- Laminar, a Tel Aviv-based public cloud data security provider, raised an additional $30 million in funding from Tiger Global Management and Salesforce Ventures.
- EnsoData, a Madison, Wis.-based sleep data healthcare company, raised $20 million in a Series A extension round. Inspire Medical Systems led the round and was joined by investors including Zetta Venture Partners, Venture Investors, Supermoon Capital, Colle Capital, HealthX Ventures, M25 Ventures, and other angels.
- Felux, a Cleveland-based online B2B steel marketplace and supply chain platform, raised $19.5 million in Series A funding. EquipmentShare led and was joined by investors including Signia Venture Partners, Suffolk Construction, Expa, Lightbank, 8VC, JumpStart Ventures, and others.
- Incognia, a Palo Alto-based mobile fraud detection platform, raised $15.5 million in Series A funding led by Point72 Ventures.
- LaunchNotes, a San Francisco-based product change communication software platform, raised $15 million in Series A funding. Insight Partners led the round and was joined by investors including Atlassian Ventures, The New Normal Fund, Essence VC, Cowboy Ventures, and Bull City Venture Partners.
- TRIPP, a Los Angeles-based VR wellness company, raised $11.2 million in a funding round. BITKRAFT Ventures led the round and was joined by investors including Qualcomm, Amazon Alexa Fund, HTC, Niantic, and Mayfield.
- Journera, Chicago-based travel technology platform, raised $10 million in Series B-1 funding. B Capital led the round and was joined by investors including Andreessen Horowitz, BCG, and PAR Capital.
- Sanlo, a San Francisco-based financial operating system and platform for gaming and app creators, raised $10 million in Series A funding. Konvoy led the round and was joined by investors including Initial Capital, Portage Ventures, XYZ Venture Capital, London Venture Partners, Index Ventures, Fin Capital, GFR Fund, and other angels.
- Kickoff, a New York-based wellness coaching platform, raised $7 million in seed funding. 645 Ventures led the round and was joined by investors including FJ Labs and Expa.
- Salient Predictions, a Boston-based weather prediction startup, raised $5.4 million in seed funding. Wireframe Ventures led and was joined by investors including Munich Re Ventures, Powerhouse Ventures, Endeavor8, First Star Ventures, and Blindspot Ventures.
- Culina Health, a Hoboken, N.J.-based personalized nutrition platform, raised $4.75 million in seed funding. Healthworx and Brooklyn Bridge Ventures co-led the round and were joined by investors including Rethink Impact, Tensility Ventures, Alpine Meridian Ventures, Knightsgate Ventures, Graham & Walker, Arkitekt Ventures, and Redo Ventures.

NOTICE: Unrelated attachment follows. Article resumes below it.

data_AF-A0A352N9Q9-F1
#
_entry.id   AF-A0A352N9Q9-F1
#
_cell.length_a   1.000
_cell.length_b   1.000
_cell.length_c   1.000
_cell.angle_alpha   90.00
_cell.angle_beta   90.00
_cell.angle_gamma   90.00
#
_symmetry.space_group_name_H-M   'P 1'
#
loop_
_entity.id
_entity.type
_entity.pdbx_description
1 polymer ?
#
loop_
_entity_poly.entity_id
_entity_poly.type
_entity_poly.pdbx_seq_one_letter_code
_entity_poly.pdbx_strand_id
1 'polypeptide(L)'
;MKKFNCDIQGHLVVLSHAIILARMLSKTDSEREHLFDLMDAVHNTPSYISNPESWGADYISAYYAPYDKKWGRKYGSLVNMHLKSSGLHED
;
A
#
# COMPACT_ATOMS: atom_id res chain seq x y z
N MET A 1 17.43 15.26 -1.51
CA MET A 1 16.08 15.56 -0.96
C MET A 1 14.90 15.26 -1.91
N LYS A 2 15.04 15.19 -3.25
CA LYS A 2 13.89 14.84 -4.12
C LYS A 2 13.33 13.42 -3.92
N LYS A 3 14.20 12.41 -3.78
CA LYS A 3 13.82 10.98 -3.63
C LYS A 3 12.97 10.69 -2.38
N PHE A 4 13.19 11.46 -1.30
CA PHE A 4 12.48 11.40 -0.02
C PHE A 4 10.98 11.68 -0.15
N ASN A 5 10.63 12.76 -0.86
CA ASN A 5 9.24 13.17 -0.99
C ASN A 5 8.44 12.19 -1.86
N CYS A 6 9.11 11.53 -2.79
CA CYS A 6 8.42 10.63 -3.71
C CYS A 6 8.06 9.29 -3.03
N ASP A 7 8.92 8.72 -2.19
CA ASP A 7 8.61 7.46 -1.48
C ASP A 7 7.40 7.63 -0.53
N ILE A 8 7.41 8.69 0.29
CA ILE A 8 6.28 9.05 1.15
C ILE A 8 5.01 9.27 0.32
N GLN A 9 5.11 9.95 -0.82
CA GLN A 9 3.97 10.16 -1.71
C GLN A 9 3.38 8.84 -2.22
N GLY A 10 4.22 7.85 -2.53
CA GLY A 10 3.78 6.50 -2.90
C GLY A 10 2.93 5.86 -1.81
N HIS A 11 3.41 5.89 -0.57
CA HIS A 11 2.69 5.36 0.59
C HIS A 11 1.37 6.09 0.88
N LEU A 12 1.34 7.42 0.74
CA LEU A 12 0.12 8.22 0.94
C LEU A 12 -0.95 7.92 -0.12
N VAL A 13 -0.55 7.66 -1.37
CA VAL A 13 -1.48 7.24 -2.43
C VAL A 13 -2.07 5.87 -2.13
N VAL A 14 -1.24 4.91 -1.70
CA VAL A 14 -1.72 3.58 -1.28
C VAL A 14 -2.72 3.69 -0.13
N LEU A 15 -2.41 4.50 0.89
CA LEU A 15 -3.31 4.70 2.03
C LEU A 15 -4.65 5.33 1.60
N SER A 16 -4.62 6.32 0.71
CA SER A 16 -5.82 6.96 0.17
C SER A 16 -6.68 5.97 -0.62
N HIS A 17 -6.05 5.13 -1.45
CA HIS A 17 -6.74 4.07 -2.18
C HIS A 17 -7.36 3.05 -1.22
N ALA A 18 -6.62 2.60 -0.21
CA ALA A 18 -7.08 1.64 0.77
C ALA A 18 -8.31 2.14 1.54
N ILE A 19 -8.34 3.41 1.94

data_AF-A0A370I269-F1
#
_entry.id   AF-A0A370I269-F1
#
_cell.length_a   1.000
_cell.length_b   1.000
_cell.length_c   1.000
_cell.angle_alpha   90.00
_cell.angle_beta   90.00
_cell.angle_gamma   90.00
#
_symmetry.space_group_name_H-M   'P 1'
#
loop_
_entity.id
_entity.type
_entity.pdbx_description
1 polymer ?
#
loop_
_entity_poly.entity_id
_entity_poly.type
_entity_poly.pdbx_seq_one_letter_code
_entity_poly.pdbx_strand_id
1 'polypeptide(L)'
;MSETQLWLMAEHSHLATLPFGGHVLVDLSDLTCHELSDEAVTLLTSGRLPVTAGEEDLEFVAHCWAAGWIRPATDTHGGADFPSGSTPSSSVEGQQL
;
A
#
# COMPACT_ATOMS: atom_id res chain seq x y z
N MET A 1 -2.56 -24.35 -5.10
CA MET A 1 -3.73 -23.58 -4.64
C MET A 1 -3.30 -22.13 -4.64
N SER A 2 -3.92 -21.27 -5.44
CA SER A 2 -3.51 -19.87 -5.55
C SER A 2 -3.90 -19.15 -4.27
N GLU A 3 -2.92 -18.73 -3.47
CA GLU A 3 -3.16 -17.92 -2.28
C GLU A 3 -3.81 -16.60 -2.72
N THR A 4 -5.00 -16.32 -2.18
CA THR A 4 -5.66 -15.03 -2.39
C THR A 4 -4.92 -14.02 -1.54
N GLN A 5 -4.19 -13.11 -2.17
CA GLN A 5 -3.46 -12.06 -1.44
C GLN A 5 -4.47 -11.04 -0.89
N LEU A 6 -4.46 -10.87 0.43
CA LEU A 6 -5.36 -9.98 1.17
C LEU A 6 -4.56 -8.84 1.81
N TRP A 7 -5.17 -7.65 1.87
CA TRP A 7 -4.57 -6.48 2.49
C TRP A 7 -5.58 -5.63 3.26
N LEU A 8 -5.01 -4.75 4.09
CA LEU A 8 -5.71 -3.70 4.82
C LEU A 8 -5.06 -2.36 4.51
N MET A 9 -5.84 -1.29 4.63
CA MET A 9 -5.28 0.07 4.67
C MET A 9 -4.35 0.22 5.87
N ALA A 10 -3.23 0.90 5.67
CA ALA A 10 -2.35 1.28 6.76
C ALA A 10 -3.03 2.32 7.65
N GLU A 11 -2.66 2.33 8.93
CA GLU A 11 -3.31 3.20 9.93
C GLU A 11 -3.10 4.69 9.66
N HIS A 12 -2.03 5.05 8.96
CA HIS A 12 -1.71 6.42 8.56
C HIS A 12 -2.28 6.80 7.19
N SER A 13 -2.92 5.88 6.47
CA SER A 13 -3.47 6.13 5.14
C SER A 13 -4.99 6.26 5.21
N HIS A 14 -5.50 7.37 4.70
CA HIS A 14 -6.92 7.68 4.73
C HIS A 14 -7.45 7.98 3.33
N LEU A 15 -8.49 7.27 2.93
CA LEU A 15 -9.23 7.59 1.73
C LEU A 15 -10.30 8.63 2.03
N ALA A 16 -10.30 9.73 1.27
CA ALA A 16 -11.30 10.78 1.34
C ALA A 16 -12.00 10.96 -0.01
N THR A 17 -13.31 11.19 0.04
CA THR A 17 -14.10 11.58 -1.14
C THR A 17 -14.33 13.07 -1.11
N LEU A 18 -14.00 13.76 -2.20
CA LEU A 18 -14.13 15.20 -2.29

- Crestview Partners acquired a majority stake in OneMagnify, a Detroit-based digital marketing and analytics services company. Financial terms were not disclosed.
- Universal Pure, a Tilia Holdings portfolio company, acquired Hydrofresh HPP, a Defiance, Ohio.-based high-pressure processing and cold storage solutions provider to the food and beverage industry. Financial terms were not disclosed.
- Regeneron Pharmaceuticals agreed to acquire Libtayo, a Bridgewater, N.J.-based immune-oncology drug, from Sanofi for as much as $1.1 billion.
- ASGN Incorporated acquired GlideFast Consulting, a Waltham, Mass.-based IT consulting, implementation, and development company, from BV Investment Partners. Financial terms were not disclosed.
- CPS Solutions acquired Trellis Rx, an Atlanta-based pharmacy services provider for health systems, from Francisco Partners. Financial terms were not disclosed.
- Cerberus Cyber Sentinel Corporation acquired Creatrix, a Colombia, Md. and Franklin, Tenn.-based cybersecurity and information technology company. Financial terms were not disclosed.
- Gupshup acquired OneDirect, a Bangalore-based customer service platform. Financial terms were not disclosed.
- StudioNow acquired Snapwire, a Santa Barbara, Calif.-based photo and video marketplace. Financial terms were not disclosed.
- Zayo Group Holdings acquired Education Networks of America, a Nashville-based network connectivity, communications, and cybersecurity services provider to K-12 school districts. Financial terms were not disclosed.
- WM Motor Holdings, a Shanghai-based electric vehicle manufacturer, is considering raising about $1 billion in a Hong Kong initial public offering, according to Bloomberg.
- Activant Capital, a Greenwich, Conn.-based growth equity firm, promoted David Yang, Maximilian Mayer, Shawn Jung, and Andrew Steele to partner. The company also promoted Sean Park to Chief People Officer.
- UP.Partners, a Santa Monica-based venture capital firm, hired Joshua Schachter as venture partner, Bob Riccomini as design partner, and promoted Ally Warson to partner.